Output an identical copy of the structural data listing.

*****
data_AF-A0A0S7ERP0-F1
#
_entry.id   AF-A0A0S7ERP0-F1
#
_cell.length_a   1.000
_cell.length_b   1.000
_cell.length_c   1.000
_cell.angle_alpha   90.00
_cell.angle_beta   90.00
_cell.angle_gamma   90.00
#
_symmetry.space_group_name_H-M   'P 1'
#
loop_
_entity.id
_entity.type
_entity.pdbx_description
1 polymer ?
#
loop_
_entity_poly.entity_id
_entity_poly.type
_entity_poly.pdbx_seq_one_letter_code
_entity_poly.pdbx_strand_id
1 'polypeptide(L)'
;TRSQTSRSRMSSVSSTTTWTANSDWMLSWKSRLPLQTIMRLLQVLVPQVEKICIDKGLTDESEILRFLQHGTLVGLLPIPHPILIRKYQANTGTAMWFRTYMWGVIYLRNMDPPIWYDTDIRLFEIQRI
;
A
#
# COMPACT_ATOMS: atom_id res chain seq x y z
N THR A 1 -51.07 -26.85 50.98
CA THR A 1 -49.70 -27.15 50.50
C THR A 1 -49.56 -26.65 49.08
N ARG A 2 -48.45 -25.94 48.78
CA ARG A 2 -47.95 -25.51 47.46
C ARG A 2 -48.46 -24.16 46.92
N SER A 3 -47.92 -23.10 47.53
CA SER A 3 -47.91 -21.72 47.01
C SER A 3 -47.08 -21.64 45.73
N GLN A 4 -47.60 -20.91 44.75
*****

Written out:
data_AF-A0A0S7ERP0-F1
#
_entry.id   AF-A0A0S7ERP0-F1
#
_cell.length_a   1.000
_cell.length_b   1.000
_cell.length_c   1.000
_cell.angle_alpha   90.00
_cell.angle_beta   90.00
_cell.angle_gamma   90.00
#
_symmetry.space_group_name_H-M   'P 1'
#
loop_
_entity.id
_entity.type
_entity.pdbx_description
1 polymer ?
#
loop_
_entity_poly.entity_id
_entity_poly.type
_entity_poly.pdbx_seq_one_letter_code
_entity_poly.pdbx_strand_id
1 'polypeptide(L)'
;TRSQTSRSRMSSVSSTTTWTANSDWMLSWKSRLPLQTIMRLLQVLVPQVEKICIDKGLTDESEILRFLQHGTLVGLLPIPHPILIRKYQANTGTAMWFRTYMWGVIYLRNMDPPIWYDTDIRLFEIQRI
;
A
#
# COMPACT_ATOMS: atom_id res chain seq x y z
N THR A 1 -51.07 -26.85 50.98
CA THR A 1 -49.70 -27.15 50.50
C THR A 1 -49.56 -26.65 49.08
N ARG A 2 -48.45 -25.94 48.78
CA ARG A 2 -47.95 -25.51 47.46
C ARG A 2 -48.46 -24.16 46.92
N SER A 3 -47.92 -23.10 47.53
CA SER A 3 -47.91 -21.72 47.01
C SER A 3 -47.08 -21.64 45.73
N GLN A 4 -47.60 -20.91 44.75